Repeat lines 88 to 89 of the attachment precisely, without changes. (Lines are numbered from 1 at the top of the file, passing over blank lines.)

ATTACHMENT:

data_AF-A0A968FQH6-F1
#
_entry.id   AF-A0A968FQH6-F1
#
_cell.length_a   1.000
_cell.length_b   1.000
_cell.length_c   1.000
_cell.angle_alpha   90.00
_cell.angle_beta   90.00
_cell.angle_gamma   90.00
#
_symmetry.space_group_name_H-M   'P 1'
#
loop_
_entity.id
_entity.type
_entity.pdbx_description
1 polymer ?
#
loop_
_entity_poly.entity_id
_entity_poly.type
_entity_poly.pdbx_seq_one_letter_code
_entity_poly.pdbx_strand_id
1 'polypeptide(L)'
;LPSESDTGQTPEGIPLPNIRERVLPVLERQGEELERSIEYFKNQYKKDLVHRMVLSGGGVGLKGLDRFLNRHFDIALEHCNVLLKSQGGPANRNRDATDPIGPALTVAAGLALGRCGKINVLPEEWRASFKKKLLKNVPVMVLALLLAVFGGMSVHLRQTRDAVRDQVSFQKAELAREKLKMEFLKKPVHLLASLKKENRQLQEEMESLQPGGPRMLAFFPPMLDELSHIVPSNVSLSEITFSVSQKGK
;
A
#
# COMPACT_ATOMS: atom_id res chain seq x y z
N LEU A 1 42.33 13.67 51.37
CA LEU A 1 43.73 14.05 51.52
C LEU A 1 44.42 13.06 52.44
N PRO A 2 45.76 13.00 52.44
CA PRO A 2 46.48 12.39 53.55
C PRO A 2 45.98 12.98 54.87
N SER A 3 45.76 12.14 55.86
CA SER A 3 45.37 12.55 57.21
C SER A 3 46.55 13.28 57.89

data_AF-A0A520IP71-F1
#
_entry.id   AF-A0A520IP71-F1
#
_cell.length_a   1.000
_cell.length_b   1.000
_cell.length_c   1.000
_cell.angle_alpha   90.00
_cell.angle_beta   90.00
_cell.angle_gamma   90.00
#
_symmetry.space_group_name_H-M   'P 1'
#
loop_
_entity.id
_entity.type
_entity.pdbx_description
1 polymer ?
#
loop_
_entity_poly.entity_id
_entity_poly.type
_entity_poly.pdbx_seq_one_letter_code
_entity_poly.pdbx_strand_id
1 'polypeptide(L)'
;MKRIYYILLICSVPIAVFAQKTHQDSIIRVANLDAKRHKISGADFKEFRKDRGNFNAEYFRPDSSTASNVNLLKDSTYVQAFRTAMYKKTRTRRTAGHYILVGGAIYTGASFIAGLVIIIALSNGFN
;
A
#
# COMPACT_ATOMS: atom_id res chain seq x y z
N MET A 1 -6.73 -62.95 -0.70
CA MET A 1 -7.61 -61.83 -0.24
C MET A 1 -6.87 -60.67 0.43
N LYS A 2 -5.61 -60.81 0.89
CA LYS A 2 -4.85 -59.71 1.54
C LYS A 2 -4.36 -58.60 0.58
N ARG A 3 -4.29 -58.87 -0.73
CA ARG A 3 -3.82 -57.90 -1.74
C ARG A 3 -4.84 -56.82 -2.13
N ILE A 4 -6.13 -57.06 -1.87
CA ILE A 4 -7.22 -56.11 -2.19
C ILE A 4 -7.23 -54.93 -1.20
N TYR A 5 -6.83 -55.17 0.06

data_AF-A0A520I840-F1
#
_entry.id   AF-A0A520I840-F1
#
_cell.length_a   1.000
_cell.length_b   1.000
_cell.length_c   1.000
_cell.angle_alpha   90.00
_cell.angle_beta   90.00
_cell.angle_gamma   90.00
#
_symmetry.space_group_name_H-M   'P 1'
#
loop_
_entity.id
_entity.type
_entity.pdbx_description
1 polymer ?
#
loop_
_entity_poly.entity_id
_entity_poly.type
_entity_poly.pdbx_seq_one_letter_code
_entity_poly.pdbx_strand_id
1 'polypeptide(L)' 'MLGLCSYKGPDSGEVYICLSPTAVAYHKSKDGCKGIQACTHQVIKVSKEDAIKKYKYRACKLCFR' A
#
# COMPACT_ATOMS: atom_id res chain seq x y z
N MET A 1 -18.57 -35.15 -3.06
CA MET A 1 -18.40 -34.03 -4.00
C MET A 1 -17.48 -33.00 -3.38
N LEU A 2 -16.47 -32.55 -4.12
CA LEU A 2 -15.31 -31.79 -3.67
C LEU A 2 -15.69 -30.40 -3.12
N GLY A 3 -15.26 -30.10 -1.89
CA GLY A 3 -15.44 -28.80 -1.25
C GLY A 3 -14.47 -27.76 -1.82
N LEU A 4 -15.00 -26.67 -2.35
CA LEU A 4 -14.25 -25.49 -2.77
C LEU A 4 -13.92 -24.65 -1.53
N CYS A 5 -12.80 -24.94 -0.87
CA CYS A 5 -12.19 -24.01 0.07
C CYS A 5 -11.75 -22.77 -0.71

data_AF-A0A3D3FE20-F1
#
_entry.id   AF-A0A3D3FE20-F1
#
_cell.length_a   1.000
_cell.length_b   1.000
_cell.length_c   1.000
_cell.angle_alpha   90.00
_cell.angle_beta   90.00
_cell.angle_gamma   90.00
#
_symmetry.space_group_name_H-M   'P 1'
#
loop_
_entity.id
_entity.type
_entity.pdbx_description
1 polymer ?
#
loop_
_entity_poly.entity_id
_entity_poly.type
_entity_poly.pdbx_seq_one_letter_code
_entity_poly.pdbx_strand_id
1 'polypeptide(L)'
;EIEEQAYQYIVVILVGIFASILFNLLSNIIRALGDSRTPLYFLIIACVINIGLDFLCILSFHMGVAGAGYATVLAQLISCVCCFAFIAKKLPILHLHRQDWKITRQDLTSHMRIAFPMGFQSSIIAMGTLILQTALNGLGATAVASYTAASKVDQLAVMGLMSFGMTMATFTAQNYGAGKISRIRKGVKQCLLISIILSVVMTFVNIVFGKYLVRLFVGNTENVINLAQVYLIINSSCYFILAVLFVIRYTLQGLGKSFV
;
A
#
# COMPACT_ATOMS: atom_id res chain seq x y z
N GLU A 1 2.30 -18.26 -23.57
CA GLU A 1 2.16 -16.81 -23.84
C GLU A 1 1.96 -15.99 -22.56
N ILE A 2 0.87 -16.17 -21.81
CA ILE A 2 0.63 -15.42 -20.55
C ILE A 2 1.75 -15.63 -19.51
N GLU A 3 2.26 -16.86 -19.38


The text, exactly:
_cell.length_b   1.000
_cell.length_c   1.000